I enjoyed THE CREATURE FROM BEYOND INFINITY, that Henry Kuttner novel I read a few weeks ago, enough that I decided to read another one. "Sword of Tomorrow" originally appeared as a complete novel in the Fall 1945 issue of the pulp THRILLING WONDER STORIES. It never had a paperback reprint, but it's available as a free download in a number of places on the Internet.
Like a lot of pulp novels, "Sword of Tomorrow" is fairly short, more of a novella than a full-length novel, but that doesn't stop Kuttner from packing a lot into it. Not as much as in THE CREATURE FROM BEYOND INFINITY, mind you, but that one was really stuffed to the gills with plot. "Sword of Tomorrow" begins during World War II, with its protagonist, American fighter pilot
Ethan Court, being held prisoner by the Japanese in a POW camp in . Could China Ethan Court be related to Stephen Court, the hero of the previous Kuttner novel I read? Well, sure, why not, although there's nothing in "Sword of Tomorrow" to indicate that. I like to think it's true, anyway.
But I digress. Ethan's captors torture him, trying to get him to reveal vital military information, so to thwart their goals, he puts himself into suspended animation using a technique that a fellow prisoner learned in a Tibetan lamasery. (Obviously, they know how to do all kinds of stuff in those Tibetan lamaseries.) Court is being held in an underground dungeon, so when an Allied bombing raid late in the war destroys the prison camp, he survives, although he's still in his trance, with all his bodily functions slowed down enough that he sleeps on and on and on, for a thousand years or more before he finally wakes up.
Shades of Buck Rogers! Kuttner has worked a clever variation of Philip Francis Nowlan's ARMAGEDDON 2419 A.D., although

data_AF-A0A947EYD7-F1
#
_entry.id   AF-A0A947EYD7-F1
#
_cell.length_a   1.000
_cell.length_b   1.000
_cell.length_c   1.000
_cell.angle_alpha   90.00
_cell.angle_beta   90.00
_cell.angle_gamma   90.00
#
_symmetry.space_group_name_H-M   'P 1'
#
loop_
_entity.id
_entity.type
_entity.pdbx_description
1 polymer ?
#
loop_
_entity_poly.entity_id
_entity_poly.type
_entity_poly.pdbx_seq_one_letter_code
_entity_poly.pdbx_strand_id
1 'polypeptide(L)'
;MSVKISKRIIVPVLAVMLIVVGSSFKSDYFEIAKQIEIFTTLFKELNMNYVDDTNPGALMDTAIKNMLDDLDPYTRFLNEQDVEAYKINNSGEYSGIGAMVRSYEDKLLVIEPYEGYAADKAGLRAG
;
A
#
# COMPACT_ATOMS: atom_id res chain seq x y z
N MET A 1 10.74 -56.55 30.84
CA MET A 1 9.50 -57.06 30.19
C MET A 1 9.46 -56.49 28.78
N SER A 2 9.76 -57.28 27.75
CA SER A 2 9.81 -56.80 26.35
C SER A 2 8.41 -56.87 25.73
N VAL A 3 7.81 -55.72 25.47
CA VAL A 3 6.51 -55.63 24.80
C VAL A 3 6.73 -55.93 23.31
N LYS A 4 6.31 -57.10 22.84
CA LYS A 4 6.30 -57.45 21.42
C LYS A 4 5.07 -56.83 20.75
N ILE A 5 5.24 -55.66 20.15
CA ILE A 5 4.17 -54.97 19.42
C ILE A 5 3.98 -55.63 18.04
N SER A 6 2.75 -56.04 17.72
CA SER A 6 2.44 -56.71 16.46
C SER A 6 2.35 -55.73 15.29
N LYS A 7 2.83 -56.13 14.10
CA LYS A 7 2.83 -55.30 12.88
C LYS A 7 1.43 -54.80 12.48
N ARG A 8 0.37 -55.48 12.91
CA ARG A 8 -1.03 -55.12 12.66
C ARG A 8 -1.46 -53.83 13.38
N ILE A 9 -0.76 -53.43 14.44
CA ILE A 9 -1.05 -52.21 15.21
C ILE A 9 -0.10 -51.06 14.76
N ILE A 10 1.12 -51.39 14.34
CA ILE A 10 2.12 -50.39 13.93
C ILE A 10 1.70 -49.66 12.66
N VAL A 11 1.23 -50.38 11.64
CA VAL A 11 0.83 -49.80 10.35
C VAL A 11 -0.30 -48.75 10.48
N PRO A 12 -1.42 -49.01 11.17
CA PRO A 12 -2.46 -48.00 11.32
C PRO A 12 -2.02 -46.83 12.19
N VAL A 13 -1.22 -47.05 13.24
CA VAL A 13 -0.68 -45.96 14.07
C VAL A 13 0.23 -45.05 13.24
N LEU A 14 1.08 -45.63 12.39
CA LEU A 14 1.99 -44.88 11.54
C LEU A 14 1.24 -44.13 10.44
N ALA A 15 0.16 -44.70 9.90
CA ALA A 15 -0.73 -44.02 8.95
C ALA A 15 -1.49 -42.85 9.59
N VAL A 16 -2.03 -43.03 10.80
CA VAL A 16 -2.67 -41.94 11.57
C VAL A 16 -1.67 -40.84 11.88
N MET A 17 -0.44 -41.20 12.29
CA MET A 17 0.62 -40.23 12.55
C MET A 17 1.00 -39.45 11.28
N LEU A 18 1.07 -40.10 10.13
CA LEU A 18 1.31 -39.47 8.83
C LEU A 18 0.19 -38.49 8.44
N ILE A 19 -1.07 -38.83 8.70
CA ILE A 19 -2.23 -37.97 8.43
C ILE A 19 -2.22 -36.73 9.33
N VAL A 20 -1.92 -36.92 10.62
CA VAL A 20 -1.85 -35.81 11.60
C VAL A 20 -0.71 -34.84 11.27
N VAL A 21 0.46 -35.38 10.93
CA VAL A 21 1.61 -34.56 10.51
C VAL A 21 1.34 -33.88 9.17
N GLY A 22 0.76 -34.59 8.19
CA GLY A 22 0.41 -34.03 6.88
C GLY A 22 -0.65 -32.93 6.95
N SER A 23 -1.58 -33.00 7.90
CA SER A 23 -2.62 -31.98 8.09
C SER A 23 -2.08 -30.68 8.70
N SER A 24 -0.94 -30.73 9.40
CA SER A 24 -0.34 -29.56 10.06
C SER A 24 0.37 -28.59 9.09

Ethan Court wakes up to find himself in a world on the verge of war, rather than already in the middle of one like Anthony Rogers. With his 20th Century knowledge of weapons, something that's lacking in this future world, Court is a valuable commodity and is soon caught up in a lot of dangerous political intrigue, as well as a romance with a beautiful redheaded queen.
As usual, Kuttner keeps things speeding along with numerous action scenes and an abundance of double- and triple-crosses. I'm usually pretty good at spotting twists, but there's one late in this yarn that took me by surprise, and it leads to a surprising and powerful ending. Kuttner does an especially good job of putting the reader inside Court's head and dealing with the shock and disorientation he feels when he wakes up to find himself a thousand years or more in the future.
"Sword of Tomorrow" offers another interesting aspect about midway through when Court finds himself trapped and has a series of hallucinations brought on by a machine that belongs to one of the plotters. This is a long scene, and the writing is much more vivid and colorful than that in the rest of the novel, which leads me to suspect it may have been written by Kuttner's wife C.L. Moore. I don't know that, of course, but it just reads like
's work to me, and they were famous for working on each other's stories. Moore
No matter who wrote what, "Sword of Tomorrow" is a very entertaining yarn. If you enjoy pulp adventure SF like I do, you should check it out.